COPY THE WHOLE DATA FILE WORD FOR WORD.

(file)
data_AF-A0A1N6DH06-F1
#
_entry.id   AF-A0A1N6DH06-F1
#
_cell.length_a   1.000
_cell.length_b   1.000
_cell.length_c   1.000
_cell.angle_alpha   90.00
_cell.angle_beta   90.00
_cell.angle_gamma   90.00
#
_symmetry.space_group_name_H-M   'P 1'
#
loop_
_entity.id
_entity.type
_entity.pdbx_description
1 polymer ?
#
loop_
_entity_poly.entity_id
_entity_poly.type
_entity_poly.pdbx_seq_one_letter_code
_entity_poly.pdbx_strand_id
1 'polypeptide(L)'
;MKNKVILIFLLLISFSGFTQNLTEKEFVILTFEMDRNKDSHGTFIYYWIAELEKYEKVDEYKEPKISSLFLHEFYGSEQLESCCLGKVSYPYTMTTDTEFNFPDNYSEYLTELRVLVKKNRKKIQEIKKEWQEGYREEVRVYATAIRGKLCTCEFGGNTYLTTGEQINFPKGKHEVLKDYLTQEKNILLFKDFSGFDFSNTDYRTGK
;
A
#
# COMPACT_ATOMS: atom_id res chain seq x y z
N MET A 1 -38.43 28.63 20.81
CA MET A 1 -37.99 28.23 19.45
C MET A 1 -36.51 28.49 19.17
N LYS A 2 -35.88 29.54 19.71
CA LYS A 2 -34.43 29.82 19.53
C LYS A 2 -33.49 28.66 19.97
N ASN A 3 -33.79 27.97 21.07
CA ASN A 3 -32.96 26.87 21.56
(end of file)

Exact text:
data_AF-A0A1N6DH06-F1
#
_entry.id   AF-A0A1N6DH06-F1
#
_cell.length_a   1.000
_cell.length_b   1.000
_cell.length_c   1.000
_cell.angle_alpha   90.00
_cell.angle_beta   90.00
_cell.angle_gamma   90.00
#
_symmetry.space_group_name_H-M   'P 1'
#
loop_
_entity.id
_entity.type
_entity.pdbx_description
1 polymer ?
#
loop_
_entity_poly.entity_id
_entity_poly.type
_entity_poly.pdbx_seq_one_letter_code
_entity_poly.pdbx_strand_id
1 'polypeptide(L)'
;MKNKVILIFLLLISFSGFTQNLTEKEFVILTFEMDRNKDSHGTFIYYWIAELEKYEKVDEYKEPKISSLFLHEFYGSEQLESCCLGKVSYPYTMTTDTEFNFPDNYSEYLTELRVLVKKNRKKIQEIKKEWQEGYREEVRVYATAIRGKLCTCEFGGNTYLTTGEQINFPKGKHEVLKDYLTQEKNILLFKDFSGFDFSNTDYRTGK
;
A
#
# COMPACT_ATOMS: atom_id res chain seq x y z
N MET A 1 -38.43 28.63 20.81
CA MET A 1 -37.99 28.23 19.45
C MET A 1 -36.51 28.49 19.17
N LYS A 2 -35.88 29.54 19.71
CA LYS A 2 -34.43 29.82 19.53
C LYS A 2 -33.49 28.66 19.97
N ASN A 3 -33.79 27.97 21.07
CA ASN A 3 -32.96 26.87 21.56